How do I calculate the degrees of freedom for $\rm CO_2$ and water at high temperatures? I'm confused because I know $\rm CO_2$ is linear while H2O is nonlinear, and am wondering how this would affect the total degrees of freedom.

I know for $\rm CO_2$ it would be 3 translational + 2 rotational + 4 vibrational+ 4 bending = 13.

For steam at high temperatures I am guessing it would it be 3 translational + 3 rotational + 3 vibrational = 9?


1 Answer 1


For rotation, bending, and vidration, they are different combinations of motions of the constituent atoms. These eigen modes are not of degree of freedom.

For $CO_2$ at very low temperature, while rotation modes are still frozen, the whole molecule moves rigidly as one single point particle, the activate degree of freedom is 3, reflecting a $C_v = \frac{3}{2} K T$.

As temperature rising to activate the rotational modes, there is additional 2 degree of freedom $3+2 = 5$, reflecting a $C_v = \frac{5}{2} K T$.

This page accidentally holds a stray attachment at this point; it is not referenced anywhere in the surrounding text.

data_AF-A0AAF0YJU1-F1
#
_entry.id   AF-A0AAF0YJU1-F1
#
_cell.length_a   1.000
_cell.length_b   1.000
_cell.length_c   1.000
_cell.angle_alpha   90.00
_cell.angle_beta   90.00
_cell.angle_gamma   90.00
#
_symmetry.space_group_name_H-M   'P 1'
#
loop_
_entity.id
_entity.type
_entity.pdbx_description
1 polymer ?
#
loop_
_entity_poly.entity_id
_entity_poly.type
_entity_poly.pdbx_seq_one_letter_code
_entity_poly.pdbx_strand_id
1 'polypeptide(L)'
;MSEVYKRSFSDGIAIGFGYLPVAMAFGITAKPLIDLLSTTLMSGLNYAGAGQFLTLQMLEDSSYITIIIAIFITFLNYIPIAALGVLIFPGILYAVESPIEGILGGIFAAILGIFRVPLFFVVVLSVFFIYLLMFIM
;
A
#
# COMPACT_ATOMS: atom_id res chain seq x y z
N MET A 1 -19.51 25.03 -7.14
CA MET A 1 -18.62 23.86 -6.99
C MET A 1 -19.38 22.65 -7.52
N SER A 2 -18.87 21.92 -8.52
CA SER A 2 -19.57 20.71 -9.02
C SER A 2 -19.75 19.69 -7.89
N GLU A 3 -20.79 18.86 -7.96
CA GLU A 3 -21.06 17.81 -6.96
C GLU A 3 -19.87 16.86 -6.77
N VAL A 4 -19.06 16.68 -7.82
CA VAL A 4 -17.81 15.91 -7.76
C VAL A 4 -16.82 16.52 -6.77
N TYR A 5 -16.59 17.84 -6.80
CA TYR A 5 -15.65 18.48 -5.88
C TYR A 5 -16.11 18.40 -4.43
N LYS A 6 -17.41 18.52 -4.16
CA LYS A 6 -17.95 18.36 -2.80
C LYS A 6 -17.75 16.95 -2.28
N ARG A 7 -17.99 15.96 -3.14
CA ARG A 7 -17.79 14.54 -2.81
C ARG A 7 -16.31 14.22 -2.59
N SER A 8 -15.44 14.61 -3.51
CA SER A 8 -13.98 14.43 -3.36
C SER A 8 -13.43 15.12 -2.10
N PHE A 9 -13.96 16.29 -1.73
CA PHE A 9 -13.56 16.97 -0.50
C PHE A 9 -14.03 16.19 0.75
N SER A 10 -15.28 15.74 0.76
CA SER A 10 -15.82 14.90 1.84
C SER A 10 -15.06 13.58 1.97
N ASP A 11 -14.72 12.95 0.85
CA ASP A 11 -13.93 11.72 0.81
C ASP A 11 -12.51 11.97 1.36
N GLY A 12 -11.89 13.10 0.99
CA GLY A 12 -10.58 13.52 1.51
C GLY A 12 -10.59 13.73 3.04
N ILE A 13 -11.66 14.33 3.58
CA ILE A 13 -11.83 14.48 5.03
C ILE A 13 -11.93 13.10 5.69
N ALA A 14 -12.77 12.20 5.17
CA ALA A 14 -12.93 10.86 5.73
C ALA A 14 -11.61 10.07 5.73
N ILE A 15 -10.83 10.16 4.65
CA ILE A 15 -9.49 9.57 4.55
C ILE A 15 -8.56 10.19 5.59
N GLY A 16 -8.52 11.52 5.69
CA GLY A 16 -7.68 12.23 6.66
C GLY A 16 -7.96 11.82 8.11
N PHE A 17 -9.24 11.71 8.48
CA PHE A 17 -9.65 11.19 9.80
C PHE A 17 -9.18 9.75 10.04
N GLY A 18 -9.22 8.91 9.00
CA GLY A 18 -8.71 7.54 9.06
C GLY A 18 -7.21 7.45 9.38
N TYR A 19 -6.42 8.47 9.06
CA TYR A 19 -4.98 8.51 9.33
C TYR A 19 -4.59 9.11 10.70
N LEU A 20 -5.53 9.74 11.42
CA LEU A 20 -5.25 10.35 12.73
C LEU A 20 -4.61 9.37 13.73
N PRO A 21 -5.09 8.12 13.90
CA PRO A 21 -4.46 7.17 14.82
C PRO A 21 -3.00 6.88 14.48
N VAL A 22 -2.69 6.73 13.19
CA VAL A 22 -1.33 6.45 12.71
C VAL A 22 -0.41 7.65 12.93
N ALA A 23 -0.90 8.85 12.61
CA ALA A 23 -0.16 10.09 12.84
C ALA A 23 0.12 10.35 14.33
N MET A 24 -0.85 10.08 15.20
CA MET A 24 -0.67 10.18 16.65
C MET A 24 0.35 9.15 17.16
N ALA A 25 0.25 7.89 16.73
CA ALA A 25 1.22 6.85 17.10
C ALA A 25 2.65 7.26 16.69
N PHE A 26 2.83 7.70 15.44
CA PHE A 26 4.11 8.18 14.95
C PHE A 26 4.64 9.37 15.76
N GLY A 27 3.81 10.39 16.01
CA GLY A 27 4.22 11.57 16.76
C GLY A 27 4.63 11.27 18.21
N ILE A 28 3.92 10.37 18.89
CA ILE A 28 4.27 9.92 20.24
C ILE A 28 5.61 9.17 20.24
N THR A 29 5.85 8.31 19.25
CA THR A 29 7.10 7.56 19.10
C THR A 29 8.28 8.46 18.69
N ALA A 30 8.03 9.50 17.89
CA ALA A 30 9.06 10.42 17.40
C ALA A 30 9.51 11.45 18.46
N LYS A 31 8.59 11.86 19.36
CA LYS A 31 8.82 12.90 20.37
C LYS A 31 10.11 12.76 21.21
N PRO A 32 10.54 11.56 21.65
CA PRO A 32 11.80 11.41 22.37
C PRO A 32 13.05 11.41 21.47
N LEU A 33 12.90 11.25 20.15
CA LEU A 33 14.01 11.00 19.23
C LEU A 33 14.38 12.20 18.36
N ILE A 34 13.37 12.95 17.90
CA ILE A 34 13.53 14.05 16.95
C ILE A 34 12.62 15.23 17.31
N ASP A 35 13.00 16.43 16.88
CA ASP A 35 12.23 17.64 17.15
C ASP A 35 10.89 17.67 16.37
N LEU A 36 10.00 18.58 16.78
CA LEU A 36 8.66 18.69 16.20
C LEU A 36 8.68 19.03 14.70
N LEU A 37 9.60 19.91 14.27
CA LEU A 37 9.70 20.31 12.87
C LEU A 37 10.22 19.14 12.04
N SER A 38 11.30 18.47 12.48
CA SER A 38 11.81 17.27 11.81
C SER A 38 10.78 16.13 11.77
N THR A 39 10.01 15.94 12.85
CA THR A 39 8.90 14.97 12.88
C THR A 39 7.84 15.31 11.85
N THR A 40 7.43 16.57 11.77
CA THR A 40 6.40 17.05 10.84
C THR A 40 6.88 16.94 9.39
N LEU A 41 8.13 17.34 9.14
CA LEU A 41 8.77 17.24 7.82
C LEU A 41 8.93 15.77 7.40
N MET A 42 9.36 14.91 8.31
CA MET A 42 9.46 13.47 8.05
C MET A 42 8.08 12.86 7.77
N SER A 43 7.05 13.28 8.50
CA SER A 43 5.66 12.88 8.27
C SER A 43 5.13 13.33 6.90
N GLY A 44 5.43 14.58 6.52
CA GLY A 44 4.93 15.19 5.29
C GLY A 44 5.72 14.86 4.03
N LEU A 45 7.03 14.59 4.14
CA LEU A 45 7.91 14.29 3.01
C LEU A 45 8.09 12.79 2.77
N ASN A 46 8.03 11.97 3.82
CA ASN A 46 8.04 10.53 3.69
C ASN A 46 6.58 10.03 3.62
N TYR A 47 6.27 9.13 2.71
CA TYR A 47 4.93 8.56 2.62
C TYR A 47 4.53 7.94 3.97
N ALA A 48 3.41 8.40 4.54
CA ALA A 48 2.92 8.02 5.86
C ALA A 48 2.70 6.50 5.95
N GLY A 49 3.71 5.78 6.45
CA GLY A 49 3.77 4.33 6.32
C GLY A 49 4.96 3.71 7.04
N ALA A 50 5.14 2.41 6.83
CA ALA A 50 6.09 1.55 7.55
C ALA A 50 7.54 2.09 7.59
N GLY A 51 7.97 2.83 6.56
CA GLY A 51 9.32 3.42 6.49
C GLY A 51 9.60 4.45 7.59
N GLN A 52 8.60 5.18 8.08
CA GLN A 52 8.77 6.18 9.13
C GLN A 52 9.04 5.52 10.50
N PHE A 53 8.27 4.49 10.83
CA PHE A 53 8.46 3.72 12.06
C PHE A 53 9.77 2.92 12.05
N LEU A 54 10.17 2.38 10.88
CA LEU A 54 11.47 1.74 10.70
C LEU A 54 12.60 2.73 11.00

As higher temperature to activate the vibration modes, there is additional 2 degree of freedom $5 + 2 = 7$, reflecting a $C_v = \frac{7}{2} K T$. This is how we typically count the degree of freedom from tri-atomic molecule, $3\times 3 - 2 = 7$. Each atom hae 3 degrees of freedom, with two binding constrains.

As temperature high enough to break the molecule, each atom has 3 degree of freedom, $3 \times 3 = 9$, reflecting a $C_v = \frac{9}{2} K T$.

Similar argument can be applied to $H_2O$ molecule.

  • $\begingroup$ So would the degrees of freedom always be the same for water and carbon dioxide? Since a water molecule is a bent molecule, won't it have fewer symmetries, so more rotational degrees of freedom? $\endgroup$
    – pctree
    Mar 27, 2021 at 6:47
  • $\begingroup$ The temperatures that define the treshold of each stages will be different. Their rotation eigen energies and vibration energies are substantially differemt. $\endgroup$
    – ytlu
    Mar 27, 2021 at 6:52

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